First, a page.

Ancient Aliens – Underwater Worlds: Ancient underwater cities can be found around the globe, but could these aquatic worlds be the ruins of unknown civilizations–or even proof of extraterrestrial visitations?
The infamous tale of the long lost city of Atlantis may be a preserved memory of an ancient alien metropolis. Beneath Lake Titicaca in Peru, the ruins of recently discovered temples support local legends of an underwater UFO base. Ancient Indian texts, known as Sangams, describe sunken cities where aliens and humans intermingled thousands of years ago. Who could have built the 600-foot stepped stone structure off the coast of Japan–a site that may predate the Egyptian pyramids by thousands of years? Could evidence of ancient alien contact lie buried in Earth’s deepest oceans?
Ancient Aliens – Underwater Worlds
The Sangam literature, sometimes referred to as the Caṅkam literature connotes the ancient Tamil literature and is the earliest known literature of South India. The Tamil tradition and legends link it to three literary gatherings around Madurai (Pandyan capital): the first over 4,440 years, the second over 3,700 years, and the third over 1,850 years before the start of the common era. Scholars consider this Tamil tradition-based chronology as ahistorical and mythical. Some of these scholars suggest the historical Sangam literature era spanned from c. 300-BCE to 300-CE, while others variously place this early classical Tamil literature period a bit later and more narrowly but all before 300 CE. According to Kamil Zvelebil – a Tamil literature and history scholar, the most acceptable range for the Sangam literature is 100 BCE to 250 CE, based on the linguistic, prosodic and quasi-historic allusions within the texts and the colophons.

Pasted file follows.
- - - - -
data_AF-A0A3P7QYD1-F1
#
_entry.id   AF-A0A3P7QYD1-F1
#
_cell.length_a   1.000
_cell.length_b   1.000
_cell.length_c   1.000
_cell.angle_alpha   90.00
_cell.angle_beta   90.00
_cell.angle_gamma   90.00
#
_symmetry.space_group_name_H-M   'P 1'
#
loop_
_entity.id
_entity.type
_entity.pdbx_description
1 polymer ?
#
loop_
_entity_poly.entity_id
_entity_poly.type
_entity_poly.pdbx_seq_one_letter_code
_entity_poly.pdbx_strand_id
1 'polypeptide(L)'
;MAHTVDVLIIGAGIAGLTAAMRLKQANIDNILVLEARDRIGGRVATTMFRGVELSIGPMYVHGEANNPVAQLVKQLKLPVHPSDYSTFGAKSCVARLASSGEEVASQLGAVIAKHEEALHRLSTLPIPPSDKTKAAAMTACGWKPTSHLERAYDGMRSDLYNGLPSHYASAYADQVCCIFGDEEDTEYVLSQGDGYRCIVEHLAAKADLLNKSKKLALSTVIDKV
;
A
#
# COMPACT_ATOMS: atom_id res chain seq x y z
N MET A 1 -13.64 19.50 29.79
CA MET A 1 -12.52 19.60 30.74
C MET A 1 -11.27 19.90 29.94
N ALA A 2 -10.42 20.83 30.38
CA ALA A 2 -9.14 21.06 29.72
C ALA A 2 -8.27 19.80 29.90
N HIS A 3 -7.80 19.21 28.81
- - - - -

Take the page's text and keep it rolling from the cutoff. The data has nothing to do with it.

The sea off Yonaguni is a popular diving location during the winter months because of its large population of hammerhead sharks. In 1986, while looking for a good place to observe the sharks, Kihachiro Aratake, a director of the Yonaguni-Cho Tourism Association, noticed some singular seabed formations resembling architectural structures. Shortly thereafter, a group of scientists directed by Masaaki Kimura of the University of the Ryūkyūs visited the formations.
The formation has since become a relatively popular attraction for divers despite strong currents. In 1997, Japanese industrialist Yasuo Watanabe sponsored an informal expedition including pseudoarchaeology writers John Anthony West and Graham Hancock, geologist and fringe theorist Robert Schoch, photographer Santha Faiia, a few sport divers and instructors and a film crew for Channel 4 and Discovery Channel. Another notable visitor was freediver Jacques Mayol, who wrote a book on his dives at Yonaguni.